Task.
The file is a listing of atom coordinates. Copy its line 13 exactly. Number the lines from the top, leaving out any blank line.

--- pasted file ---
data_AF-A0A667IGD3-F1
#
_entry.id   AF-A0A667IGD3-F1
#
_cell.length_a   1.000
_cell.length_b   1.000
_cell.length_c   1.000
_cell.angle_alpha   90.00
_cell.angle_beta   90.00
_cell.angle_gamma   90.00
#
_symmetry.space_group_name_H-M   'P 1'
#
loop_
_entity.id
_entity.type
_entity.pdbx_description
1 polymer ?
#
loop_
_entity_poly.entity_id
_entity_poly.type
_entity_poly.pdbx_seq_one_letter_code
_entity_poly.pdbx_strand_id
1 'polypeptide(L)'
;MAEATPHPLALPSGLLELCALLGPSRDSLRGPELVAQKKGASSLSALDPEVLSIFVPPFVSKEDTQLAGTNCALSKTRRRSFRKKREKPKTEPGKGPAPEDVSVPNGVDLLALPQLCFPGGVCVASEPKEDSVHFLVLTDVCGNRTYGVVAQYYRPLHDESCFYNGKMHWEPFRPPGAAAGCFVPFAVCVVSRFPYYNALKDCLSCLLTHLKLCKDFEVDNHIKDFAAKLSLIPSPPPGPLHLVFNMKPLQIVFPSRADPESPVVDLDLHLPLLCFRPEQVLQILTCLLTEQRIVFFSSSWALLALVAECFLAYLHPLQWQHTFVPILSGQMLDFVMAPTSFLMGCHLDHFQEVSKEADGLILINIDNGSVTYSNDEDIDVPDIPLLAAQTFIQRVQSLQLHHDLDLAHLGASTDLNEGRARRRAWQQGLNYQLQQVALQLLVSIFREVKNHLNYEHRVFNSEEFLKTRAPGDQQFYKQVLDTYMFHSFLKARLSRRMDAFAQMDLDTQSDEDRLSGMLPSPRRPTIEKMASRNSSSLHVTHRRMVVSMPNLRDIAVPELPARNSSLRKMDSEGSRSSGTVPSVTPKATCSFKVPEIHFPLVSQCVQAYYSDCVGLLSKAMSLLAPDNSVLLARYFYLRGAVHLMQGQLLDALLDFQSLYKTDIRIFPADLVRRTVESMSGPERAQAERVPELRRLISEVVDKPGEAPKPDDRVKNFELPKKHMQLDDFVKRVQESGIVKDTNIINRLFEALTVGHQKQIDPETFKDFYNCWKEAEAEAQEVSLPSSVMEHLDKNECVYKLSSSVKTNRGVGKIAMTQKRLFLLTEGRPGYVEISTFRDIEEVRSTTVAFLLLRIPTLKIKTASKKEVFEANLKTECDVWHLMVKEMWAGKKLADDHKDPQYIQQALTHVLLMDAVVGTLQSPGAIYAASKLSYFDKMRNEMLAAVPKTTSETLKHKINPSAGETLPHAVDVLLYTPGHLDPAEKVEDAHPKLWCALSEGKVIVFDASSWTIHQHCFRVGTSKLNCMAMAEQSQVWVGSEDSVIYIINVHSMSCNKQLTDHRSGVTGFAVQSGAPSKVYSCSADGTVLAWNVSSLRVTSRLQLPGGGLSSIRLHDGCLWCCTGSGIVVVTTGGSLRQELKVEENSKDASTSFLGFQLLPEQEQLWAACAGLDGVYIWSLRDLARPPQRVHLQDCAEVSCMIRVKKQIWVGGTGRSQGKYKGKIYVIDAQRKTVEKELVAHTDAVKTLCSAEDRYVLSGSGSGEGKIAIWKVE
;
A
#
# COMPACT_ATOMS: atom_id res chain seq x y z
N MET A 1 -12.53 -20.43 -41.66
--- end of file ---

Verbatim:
#